Transport and storage
The pipes are supplied with plastic plugs at either end to keep out dirt. These plugs should be replaced to protect leftover pipes for later use.
Pipe cutting (pic 1)
Pipes must be cut at right angles to their axis, using a pipe cutter or fine-tooth saw, taking into account the depth of insertion into the fitting.
Avoid equipment that may cause heat deformation such as blowtorches or grinding wheels.
Pipe-end deburring (pic 2)
After cutting, the pipe must be carefully deburred, both inside and outside, using a manual or electric deburring tool so as to avoid damaging the o-ring gasket when the pipe is inserted into the fitting, causing possible leaks. Any cutting residue (swarf) must be removed.
Witness marking and inertion depth (pic 3)
To ensure a correctly inserted joint the pipe must be marked with a felt-tip pen where it meets the fitting using the Europress depth gauge so that any movement before or after pressing can be identified.
Inserting pipes in fittings (pic 4)
Before assembling the fittings, the positioning of the o-rings in their toroidal seats must be checked and, if necessary, lubricated with water or talc to ease the insertion of the pipe. Oils, greases, glues or other similar substances must on no account be used.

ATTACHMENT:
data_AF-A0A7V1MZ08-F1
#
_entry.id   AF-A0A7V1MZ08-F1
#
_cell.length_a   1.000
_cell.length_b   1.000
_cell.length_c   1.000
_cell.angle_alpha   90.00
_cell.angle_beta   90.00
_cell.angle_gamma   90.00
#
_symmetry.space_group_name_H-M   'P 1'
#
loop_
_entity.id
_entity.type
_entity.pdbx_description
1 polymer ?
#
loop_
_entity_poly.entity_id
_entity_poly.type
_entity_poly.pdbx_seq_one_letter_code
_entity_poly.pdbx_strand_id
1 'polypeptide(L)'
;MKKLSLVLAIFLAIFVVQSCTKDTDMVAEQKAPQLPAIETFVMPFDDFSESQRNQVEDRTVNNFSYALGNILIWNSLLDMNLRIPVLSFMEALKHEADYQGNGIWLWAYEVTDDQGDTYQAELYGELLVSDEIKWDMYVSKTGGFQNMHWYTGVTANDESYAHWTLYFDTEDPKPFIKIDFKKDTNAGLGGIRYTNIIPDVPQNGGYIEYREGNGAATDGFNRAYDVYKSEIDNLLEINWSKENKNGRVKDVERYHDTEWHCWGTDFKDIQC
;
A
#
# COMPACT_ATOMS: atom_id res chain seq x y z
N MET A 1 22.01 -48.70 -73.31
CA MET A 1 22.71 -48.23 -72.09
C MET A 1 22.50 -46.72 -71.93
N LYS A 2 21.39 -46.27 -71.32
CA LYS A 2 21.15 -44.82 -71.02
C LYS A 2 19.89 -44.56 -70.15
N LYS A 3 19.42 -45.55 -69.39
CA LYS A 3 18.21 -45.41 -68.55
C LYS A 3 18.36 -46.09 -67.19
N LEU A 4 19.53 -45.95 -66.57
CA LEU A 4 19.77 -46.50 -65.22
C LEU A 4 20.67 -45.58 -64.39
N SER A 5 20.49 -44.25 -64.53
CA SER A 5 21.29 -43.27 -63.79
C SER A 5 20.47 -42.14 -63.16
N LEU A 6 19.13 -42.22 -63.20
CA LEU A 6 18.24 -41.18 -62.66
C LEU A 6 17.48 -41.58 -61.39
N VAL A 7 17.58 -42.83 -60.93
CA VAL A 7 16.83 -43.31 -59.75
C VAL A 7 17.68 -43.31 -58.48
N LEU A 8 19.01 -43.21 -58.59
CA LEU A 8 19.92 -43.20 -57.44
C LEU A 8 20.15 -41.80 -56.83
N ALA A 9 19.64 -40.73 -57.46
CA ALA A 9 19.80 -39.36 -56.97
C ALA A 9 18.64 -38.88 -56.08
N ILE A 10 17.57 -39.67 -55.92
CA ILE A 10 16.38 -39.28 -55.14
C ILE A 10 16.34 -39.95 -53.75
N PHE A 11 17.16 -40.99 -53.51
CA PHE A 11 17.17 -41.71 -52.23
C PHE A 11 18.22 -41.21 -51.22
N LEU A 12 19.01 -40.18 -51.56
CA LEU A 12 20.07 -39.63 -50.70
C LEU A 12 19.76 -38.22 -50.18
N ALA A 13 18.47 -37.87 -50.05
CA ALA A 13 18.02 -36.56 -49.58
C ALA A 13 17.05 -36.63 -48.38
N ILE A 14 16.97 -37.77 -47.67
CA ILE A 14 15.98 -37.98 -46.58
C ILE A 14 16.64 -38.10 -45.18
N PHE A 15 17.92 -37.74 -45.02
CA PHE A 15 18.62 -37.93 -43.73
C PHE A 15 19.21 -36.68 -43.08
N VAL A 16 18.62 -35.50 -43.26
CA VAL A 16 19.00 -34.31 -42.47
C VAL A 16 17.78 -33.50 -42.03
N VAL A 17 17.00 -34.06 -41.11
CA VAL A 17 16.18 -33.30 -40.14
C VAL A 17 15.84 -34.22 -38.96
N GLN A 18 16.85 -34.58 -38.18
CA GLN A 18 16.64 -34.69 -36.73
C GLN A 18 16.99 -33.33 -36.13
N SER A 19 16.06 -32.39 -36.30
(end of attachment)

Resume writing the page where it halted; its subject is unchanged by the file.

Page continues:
The pipe is inserted in the fitting with a slight rotating motion until it hits the stop.
Pressing tool assembly (pic 5)
The pressing tools must be equipped with M-shaped profile jaw attachments or pressing chain corresponding to the diameter of the fitting to be pressed. Refer to the user manual for the particular tool for set-up and operating instructions.
For a good, reliable pressjoint, the internal channel of the jaws must form a perfect fit round the toroidal seat of the fitting. The joint is pressed by closing the jaws. Pressing must only be carried out once, otherwise the o-ring seal could be damaged. Some swelling, occurring in the area outside the toroidal seat, can be considered normal.